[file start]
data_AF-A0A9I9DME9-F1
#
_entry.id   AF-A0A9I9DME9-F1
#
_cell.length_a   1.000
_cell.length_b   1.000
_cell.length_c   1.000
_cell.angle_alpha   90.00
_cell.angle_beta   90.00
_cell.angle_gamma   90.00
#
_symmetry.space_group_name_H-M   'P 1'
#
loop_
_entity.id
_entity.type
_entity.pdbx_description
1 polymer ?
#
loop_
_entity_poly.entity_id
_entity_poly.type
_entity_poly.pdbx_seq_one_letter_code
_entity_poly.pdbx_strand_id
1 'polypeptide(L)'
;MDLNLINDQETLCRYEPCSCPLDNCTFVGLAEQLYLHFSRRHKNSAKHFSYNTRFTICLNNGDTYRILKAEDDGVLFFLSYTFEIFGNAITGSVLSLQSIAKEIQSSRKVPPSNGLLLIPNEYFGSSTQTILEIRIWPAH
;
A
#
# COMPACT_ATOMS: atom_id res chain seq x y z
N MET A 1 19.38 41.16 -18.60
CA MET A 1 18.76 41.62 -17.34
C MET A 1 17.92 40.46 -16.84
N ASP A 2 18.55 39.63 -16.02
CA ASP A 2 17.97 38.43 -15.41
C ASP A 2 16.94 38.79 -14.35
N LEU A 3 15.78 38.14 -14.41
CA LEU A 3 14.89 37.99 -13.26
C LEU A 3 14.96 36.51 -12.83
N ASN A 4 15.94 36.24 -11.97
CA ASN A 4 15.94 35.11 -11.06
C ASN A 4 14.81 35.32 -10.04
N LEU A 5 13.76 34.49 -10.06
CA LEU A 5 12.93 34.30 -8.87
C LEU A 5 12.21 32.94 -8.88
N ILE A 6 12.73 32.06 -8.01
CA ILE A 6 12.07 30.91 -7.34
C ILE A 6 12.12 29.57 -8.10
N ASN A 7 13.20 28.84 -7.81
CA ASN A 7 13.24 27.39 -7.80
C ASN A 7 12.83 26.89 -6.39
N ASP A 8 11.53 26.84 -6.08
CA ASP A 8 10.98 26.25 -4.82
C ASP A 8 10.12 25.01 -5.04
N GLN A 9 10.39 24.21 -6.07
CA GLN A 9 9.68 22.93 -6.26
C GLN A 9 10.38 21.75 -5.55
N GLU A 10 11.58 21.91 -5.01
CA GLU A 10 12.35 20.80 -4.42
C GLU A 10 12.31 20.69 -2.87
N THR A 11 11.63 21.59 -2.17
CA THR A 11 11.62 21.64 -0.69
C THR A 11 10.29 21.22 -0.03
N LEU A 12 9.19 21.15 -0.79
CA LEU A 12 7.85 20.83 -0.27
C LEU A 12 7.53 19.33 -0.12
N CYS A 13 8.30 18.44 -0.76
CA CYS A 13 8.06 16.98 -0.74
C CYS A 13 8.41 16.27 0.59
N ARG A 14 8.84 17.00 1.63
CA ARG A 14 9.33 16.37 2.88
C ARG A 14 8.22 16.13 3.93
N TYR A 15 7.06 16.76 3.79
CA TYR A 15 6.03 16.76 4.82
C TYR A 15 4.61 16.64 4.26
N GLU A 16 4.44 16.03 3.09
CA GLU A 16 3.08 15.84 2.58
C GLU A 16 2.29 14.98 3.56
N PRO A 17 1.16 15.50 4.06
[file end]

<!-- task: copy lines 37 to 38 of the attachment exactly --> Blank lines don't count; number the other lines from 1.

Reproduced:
N LEU A 3 15.78 38.14 -14.41
CA LEU A 3 14.89 37.99 -13.26